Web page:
I recently hiked to yet another Appalachian Trail shelter (I swear, it’s an addiction). This time, it was the David Lesser Shelter near Keys Gap.
The shelter is in Virginia, but this section of the Appalachian Trail toggles back and forth along the border with West Virginia.
The parking area for Keys Gap is actually in between the “Welcome to Virginia” and the “Welcome to West Virginia” signs on Charles Town Pike (Route 9).
It’s a stone’s throw from Harpers Ferry, too. It’s just 12 minutes away by car. As a bonus, continue past the shelter and there’s an overlook, Buzzard Rocks.
|Elevation Gain||1,037 feet|
|Terrain||Mostly dirt & rock trails|
|Driving Directions||Click Here|
Keys Gap is a wind gap between Loudoun County, Virginia and Jefferson County, West Virginia. It’s among the lowest crossings in the Blue Ridge Mountains.
Interestingly, Keys Gap (also, Keyes Gap) played a strategic role during the Civil War, serving as an alternate back route from Virginia to Harpers Ferry.
Today, Keys Gap is a stop on the white-blazed Appalachian Trail, one that is crossed by thousands of weary hikers every year.
The parking area is not large, but is suitable for at least 10 cars. You’ll see a large trail kiosk at the back of the parking lot.
On the trail kiosk, you’ll see the core Leave No Trace principles, as well as several images, cartoons and need-to-know info about the hiking trail.
From here, head south and cross over two-lane Charles Town Pike. Be careful. There is no crosswalk and cars drive very, very fast on this road.
The ascent begins immediately. There’s not a lot to see, just a lot of woods. Sometimes though you just need to be in nature and this section fits the bill.
At the 1.2-mile mark, after a fairly consistent climb, you will see a small primitive camp site with a stone fire ring on the left side of the hiking trail.
In another mile, at the 2.2-mile mark, you’ll reach another primitive camp site with a fire ring on the left side of the trail.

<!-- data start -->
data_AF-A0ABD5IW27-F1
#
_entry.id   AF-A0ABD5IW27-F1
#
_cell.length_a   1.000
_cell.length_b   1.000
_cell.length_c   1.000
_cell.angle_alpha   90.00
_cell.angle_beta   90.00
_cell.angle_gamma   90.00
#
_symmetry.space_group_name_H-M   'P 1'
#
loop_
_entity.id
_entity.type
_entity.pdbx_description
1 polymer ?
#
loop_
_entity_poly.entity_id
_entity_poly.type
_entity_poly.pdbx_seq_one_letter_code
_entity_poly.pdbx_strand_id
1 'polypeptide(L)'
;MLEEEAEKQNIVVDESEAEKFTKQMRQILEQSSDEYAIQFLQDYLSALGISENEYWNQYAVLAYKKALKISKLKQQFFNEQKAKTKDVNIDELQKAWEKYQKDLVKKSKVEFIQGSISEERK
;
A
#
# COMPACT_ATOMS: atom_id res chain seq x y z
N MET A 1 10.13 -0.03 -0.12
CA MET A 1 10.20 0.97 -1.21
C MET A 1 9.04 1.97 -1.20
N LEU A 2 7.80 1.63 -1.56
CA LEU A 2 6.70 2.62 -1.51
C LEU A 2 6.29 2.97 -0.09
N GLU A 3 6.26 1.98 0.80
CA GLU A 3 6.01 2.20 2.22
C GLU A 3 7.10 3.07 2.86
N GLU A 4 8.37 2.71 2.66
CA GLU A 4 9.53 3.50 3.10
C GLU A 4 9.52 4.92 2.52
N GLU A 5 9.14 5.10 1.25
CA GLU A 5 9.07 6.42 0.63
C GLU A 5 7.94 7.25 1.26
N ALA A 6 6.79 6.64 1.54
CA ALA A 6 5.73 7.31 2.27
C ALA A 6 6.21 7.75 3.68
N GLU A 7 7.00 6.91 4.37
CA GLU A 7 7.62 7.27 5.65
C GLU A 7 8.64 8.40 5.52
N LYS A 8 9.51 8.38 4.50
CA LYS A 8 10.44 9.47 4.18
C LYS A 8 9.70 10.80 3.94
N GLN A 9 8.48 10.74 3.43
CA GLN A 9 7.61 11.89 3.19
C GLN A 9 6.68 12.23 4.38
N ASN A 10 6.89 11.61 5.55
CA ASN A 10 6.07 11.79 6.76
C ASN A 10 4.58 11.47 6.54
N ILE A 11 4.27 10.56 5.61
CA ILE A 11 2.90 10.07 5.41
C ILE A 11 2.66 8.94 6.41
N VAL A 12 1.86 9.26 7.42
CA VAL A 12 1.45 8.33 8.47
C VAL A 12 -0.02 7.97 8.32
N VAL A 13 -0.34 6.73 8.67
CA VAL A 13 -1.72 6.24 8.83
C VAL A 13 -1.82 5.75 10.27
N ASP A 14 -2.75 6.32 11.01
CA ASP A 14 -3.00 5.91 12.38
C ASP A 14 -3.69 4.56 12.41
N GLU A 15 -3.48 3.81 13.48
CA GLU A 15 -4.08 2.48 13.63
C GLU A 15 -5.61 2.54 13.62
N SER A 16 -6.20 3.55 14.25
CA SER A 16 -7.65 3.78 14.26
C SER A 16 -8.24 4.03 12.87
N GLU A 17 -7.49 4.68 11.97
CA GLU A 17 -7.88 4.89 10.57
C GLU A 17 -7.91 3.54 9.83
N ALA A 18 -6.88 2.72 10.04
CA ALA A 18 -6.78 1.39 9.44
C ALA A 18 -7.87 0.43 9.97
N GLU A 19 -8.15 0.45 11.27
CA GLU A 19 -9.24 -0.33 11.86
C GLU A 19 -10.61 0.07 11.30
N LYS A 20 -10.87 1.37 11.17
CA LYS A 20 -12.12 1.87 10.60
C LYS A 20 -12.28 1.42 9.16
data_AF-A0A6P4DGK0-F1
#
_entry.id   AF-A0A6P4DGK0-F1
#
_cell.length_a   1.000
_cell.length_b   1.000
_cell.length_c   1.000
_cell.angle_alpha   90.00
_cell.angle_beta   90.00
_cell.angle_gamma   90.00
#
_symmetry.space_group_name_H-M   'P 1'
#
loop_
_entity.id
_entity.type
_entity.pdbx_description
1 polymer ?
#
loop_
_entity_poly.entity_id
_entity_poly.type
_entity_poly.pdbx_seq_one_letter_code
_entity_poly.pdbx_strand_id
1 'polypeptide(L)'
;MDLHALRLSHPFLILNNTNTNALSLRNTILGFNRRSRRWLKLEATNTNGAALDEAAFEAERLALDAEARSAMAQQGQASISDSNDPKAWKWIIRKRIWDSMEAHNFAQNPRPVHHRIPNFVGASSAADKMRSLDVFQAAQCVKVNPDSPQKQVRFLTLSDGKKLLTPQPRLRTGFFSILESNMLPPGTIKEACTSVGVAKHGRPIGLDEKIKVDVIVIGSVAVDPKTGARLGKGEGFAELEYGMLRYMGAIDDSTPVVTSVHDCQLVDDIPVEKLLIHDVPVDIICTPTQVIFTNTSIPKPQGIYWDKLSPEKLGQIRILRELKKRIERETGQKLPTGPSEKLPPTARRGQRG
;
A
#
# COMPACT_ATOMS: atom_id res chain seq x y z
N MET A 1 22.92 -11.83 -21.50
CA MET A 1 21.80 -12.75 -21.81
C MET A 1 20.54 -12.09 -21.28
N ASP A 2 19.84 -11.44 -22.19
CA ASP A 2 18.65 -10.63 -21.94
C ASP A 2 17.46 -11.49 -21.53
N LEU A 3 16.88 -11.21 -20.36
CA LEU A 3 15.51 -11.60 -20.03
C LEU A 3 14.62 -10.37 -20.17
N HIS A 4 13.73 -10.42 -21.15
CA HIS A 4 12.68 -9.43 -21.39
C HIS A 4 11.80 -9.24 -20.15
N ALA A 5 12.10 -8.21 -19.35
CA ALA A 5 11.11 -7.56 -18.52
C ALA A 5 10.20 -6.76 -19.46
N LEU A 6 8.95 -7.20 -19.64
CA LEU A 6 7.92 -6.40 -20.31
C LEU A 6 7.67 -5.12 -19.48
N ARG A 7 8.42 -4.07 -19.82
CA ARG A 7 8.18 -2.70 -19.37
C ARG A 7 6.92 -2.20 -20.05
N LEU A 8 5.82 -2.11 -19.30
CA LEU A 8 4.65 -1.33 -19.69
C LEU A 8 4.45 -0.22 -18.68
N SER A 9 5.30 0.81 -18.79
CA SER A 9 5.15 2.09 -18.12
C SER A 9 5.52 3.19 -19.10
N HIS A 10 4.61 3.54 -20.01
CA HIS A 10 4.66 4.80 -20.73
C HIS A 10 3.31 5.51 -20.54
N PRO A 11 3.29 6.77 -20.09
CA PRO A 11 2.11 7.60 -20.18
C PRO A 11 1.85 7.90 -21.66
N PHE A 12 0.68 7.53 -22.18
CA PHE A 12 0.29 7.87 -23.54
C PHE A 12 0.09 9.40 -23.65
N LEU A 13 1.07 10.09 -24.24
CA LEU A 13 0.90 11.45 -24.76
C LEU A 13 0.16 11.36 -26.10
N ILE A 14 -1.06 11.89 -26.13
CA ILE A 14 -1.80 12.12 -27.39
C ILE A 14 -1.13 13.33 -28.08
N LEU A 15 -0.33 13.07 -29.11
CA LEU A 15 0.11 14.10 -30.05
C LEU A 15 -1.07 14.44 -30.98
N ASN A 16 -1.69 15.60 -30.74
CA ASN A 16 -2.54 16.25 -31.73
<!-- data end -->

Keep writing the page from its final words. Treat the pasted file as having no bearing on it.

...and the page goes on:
At the 2.3-mile mark, you’ll arrive at a scenic view you can only enjoy in the late-fall and winter when all the leaves have fallen.
Through the trees, you can enjoy views of working farms below in Hillsboro and Mechanicsville. There is a small opening in the trees for views.
You’ll note a small pile of stones on the left with a stick coming out of the top. I can only assume that this is to alert hikers to the view.
I’m guessing that this is the view referred to as the “scenic overlook” in this Keys Gap to Scenic Overlook route on AllTrails.
The route seems to stop at this same point. Most hikers complain that there is no view, but I assume that they did this hike when there was full foliage.
David Lesser Shelter
Continue on and you will arrive at a trail sign and the blue-blazed spur trail to the David Lesser Memorial Shelter at the 3.1-mile mark.
It’s a short walk to the shelter – just .1 miles. Really, it’s more like a complex. There’s a lean-to shelter, a picnic shelter and five tent pads with stone fire rings.
There’s also a privy and a spring. The David Lesser Shelter is located between the Ed Garvey Shelter in Maryland and the Sam Moore Shelter in Virginia.
The shelter has a nice wooden deck with a long bench and an Adirondack-style bench that can seat three. The picnic shelter has a wooden bench swing.
In the campground, there are benches at each tent pad. There’s also at least one picnic table in the area. It’s huge and really nice.
This shelter is maintained by the Potomac Appalachian Trail Club (PATC). They manage 45 trail shelters on a 240-mile stretch of the Appalachian Trail.
From the David Lesser Shelter, re-trace your steps to the Appalachian Trail. Turn left to continue southbound to the Buzzard Rocks overlook.
At the 4.1-mile mark, you’ll see a sign nailed to a tree for the Buzzard Rocks View. Turn right here to follow the blue-blazed spur trail.
It’s a short walk to a rocky overlook with a big view that I think is best enjoyed in fall and winter as there are some leafy trees that could block the view.
From here, you can revel in the far-reaching views of the Massanutten Mountains. This is a great spot to relax and enjoy the vistas. Re-hydrate and fill up on a snack.
Re-trace your steps to Keys Gap when you’ve gotten your fill of the views.
From the Keys Gap parking area, this hike took me under three hours, including time spent exploring the trail shelter and campground.